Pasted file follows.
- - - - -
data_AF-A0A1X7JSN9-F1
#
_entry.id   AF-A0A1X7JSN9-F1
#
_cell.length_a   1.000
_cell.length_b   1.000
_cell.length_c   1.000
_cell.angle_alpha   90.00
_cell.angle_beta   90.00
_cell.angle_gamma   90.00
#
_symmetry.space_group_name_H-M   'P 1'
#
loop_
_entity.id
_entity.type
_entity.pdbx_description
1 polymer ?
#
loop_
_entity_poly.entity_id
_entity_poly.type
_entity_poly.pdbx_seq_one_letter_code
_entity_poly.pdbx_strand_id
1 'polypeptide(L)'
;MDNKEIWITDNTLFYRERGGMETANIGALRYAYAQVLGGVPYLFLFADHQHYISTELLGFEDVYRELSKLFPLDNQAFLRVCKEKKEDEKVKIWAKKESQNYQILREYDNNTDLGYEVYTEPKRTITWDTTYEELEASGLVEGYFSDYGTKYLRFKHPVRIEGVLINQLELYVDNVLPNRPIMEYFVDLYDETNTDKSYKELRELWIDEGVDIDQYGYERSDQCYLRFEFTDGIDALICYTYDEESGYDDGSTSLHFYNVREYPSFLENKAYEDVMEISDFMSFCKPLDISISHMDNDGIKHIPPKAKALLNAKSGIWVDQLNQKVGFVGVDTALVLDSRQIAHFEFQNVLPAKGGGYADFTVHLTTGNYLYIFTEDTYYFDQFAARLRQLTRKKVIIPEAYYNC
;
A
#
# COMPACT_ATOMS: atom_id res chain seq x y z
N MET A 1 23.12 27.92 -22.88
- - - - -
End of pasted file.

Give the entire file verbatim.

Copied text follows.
data_AF-A0A1X7JSN9-F1
#
_entry.id   AF-A0A1X7JSN9-F1
#
_cell.length_a   1.000
_cell.length_b   1.000
_cell.length_c   1.000
_cell.angle_alpha   90.00
_cell.angle_beta   90.00
_cell.angle_gamma   90.00
#
_symmetry.space_group_name_H-M   'P 1'
#
loop_
_entity.id
_entity.type
_entity.pdbx_description
1 polymer ?
#
loop_
_entity_poly.entity_id
_entity_poly.type
_entity_poly.pdbx_seq_one_letter_code
_entity_poly.pdbx_strand_id
1 'polypeptide(L)'
;MDNKEIWITDNTLFYRERGGMETANIGALRYAYAQVLGGVPYLFLFADHQHYISTELLGFEDVYRELSKLFPLDNQAFLRVCKEKKEDEKVKIWAKKESQNYQILREYDNNTDLGYEVYTEPKRTITWDTTYEELEASGLVEGYFSDYGTKYLRFKHPVRIEGVLINQLELYVDNVLPNRPIMEYFVDLYDETNTDKSYKELRELWIDEGVDIDQYGYERSDQCYLRFEFTDGIDALICYTYDEESGYDDGSTSLHFYNVREYPSFLENKAYEDVMEISDFMSFCKPLDISISHMDNDGIKHIPPKAKALLNAKSGIWVDQLNQKVGFVGVDTALVLDSRQIAHFEFQNVLPAKGGGYADFTVHLTTGNYLYIFTEDTYYFDQFAARLRQLTRKKVIIPEAYYNC
;
A
#
# COMPACT_ATOMS: atom_id res chain seq x y z
N MET A 1 23.12 27.92 -22.88